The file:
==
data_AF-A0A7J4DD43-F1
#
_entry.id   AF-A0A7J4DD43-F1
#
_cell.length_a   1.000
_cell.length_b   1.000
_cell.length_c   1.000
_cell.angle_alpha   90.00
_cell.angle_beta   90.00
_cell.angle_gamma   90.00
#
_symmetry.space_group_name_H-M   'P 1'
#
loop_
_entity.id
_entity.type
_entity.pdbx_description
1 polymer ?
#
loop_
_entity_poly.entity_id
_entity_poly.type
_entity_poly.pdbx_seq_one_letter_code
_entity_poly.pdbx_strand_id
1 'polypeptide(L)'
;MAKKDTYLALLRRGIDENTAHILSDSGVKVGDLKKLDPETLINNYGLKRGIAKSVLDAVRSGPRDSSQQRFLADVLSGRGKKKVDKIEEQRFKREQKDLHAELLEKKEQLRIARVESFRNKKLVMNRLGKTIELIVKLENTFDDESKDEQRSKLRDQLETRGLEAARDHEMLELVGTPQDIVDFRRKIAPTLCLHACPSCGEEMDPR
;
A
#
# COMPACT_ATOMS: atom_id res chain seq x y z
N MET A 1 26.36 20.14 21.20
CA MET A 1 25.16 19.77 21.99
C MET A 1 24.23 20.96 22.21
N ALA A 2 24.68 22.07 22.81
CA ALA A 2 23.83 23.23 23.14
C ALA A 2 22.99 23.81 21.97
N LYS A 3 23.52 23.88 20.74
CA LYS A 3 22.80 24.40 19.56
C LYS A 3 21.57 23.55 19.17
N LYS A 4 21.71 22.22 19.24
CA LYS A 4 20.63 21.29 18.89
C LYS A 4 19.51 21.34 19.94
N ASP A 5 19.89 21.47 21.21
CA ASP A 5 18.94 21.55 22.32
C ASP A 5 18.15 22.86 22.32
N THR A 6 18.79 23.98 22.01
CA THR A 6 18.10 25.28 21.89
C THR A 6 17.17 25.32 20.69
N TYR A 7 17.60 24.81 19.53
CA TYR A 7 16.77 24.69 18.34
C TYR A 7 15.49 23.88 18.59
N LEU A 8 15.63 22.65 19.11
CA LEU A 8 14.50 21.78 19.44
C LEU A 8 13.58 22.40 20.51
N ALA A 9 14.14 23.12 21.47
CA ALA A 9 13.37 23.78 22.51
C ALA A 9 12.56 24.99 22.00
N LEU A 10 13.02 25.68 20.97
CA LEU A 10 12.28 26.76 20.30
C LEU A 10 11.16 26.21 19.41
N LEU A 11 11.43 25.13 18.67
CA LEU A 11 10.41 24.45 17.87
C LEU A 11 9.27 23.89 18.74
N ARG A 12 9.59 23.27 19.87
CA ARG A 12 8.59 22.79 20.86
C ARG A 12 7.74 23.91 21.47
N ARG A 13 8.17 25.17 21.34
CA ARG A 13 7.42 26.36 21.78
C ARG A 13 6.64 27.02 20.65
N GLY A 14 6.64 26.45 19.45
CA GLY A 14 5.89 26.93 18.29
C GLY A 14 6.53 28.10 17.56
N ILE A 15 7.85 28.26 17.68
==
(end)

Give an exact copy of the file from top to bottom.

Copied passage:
data_AF-A0A7J4DD43-F1
#
_entry.id   AF-A0A7J4DD43-F1
#
_cell.length_a   1.000
_cell.length_b   1.000
_cell.length_c   1.000
_cell.angle_alpha   90.00
_cell.angle_beta   90.00
_cell.angle_gamma   90.00
#
_symmetry.space_group_name_H-M   'P 1'
#
loop_
_entity.id
_entity.type
_entity.pdbx_description
1 polymer ?
#
loop_
_entity_poly.entity_id
_entity_poly.type
_entity_poly.pdbx_seq_one_letter_code
_entity_poly.pdbx_strand_id
1 'polypeptide(L)'
;MAKKDTYLALLRRGIDENTAHILSDSGVKVGDLKKLDPETLINNYGLKRGIAKSVLDAVRSGPRDSSQQRFLADVLSGRGKKKVDKIEEQRFKREQKDLHAELLEKKEQLRIARVESFRNKKLVMNRLGKTIELIVKLENTFDDESKDEQRSKLRDQLETRGLEAARDHEMLELVGTPQDIVDFRRKIAPTLCLHACPSCGEEMDPR
;
A
#
# COMPACT_ATOMS: atom_id res chain seq x y z
N MET A 1 26.36 20.14 21.20
CA MET A 1 25.16 19.77 21.99
C MET A 1 24.23 20.96 22.21
N ALA A 2 24.68 22.07 22.81
CA ALA A 2 23.83 23.23 23.14
C ALA A 2 22.99 23.81 21.97
N LYS A 3 23.52 23.88 20.74
CA LYS A 3 22.80 24.40 19.56
C LYS A 3 21.57 23.55 19.17
N LYS A 4 21.71 22.22 19.24
CA LYS A 4 20.63 21.29 18.89
C LYS A 4 19.51 21.34 19.94
N ASP A 5 19.89 21.47 21.21
CA ASP A 5 18.94 21.55 22.32
C ASP A 5 18.15 22.86 22.32
N THR A 6 18.79 23.98 22.01
CA THR A 6 18.10 25.28 21.89
C THR A 6 17.17 25.32 20.69
N TYR A 7 17.60 24.81 19.53
CA TYR A 7 16.77 24.69 18.34
C TYR A 7 15.49 23.88 18.59
N LEU A 8 15.63 22.65 19.11
CA LEU A 8 14.50 21.78 19.44
C LEU A 8 13.58 22.40 20.51
N ALA A 9 14.14 23.12 21.47
CA ALA A 9 13.37 23.78 22.51
C ALA A 9 12.56 24.99 22.00
N LEU A 10 13.02 25.68 20.97
CA LEU A 10 12.28 26.76 20.30
C LEU A 10 11.16 26.21 19.41
N LEU A 11 11.43 25.13 18.67
CA LEU A 11 10.41 24.45 17.87
C LEU A 11 9.27 23.89 18.74
N ARG A 12 9.59 23.27 19.87
CA ARG A 12 8.59 22.79 20.86
C ARG A 12 7.74 23.91 21.47
N ARG A 13 8.17 25.17 21.34
CA ARG A 13 7.42 26.36 21.78
C ARG A 13 6.64 27.02 20.65
N GLY A 14 6.64 26.45 19.45
CA GLY A 14 5.89 26.93 18.29
C GLY A 14 6.53 28.10 17.56
N ILE A 15 7.85 28.26 17.68